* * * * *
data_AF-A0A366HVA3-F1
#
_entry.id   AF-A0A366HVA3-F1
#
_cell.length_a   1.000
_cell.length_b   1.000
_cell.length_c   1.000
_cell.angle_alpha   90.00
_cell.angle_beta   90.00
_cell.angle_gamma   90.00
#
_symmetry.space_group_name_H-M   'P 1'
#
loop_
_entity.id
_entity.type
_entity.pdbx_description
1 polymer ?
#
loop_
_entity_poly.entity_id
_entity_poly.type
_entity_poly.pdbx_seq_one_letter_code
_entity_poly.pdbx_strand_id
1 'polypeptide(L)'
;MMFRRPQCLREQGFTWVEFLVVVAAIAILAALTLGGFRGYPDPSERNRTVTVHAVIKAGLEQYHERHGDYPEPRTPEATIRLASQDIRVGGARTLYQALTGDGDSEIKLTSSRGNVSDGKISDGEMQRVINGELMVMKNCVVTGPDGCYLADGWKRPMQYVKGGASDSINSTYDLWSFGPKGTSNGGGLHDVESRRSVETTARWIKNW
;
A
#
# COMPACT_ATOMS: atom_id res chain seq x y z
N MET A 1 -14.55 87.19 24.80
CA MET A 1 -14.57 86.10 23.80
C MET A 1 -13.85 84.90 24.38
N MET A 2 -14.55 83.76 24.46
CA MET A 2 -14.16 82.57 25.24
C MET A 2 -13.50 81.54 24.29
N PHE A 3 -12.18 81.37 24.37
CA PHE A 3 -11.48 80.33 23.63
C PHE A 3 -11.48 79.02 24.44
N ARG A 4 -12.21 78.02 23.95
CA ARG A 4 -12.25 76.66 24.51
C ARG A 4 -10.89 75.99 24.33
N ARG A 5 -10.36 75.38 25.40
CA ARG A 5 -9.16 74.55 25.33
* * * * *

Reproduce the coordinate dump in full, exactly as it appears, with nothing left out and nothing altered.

data_AF-A0A366HVA3-F1
#
_entry.id   AF-A0A366HVA3-F1
#
_cell.length_a   1.000
_cell.length_b   1.000
_cell.length_c   1.000
_cell.angle_alpha   90.00
_cell.angle_beta   90.00
_cell.angle_gamma   90.00
#
_symmetry.space_group_name_H-M   'P 1'
#
loop_
_entity.id
_entity.type
_entity.pdbx_description
1 polymer ?
#
loop_
_entity_poly.entity_id
_entity_poly.type
_entity_poly.pdbx_seq_one_letter_code
_entity_poly.pdbx_strand_id
1 'polypeptide(L)'
;MMFRRPQCLREQGFTWVEFLVVVAAIAILAALTLGGFRGYPDPSERNRTVTVHAVIKAGLEQYHERHGDYPEPRTPEATIRLASQDIRVGGARTLYQALTGDGDSEIKLTSSRGNVSDGKISDGEMQRVINGELMVMKNCVVTGPDGCYLADGWKRPMQYVKGGASDSINSTYDLWSFGPKGTSNGGGLHDVESRRSVETTARWIKNW
;
A
#
# COMPACT_ATOMS: atom_id res chain seq x y z
N MET A 1 -14.55 87.19 24.80
CA MET A 1 -14.57 86.10 23.80
C MET A 1 -13.85 84.90 24.38
N MET A 2 -14.55 83.76 24.46
CA MET A 2 -14.16 82.57 25.24
C MET A 2 -13.50 81.54 24.29
N PHE A 3 -12.18 81.37 24.37
CA PHE A 3 -11.48 80.33 23.63
C PHE A 3 -11.48 79.02 24.44
N ARG A 4 -12.21 78.02 23.95
CA ARG A 4 -12.25 76.66 24.51
C ARG A 4 -10.89 75.99 24.33
N ARG A 5 -10.36 75.38 25.40
CA ARG A 5 -9.16 74.55 25.33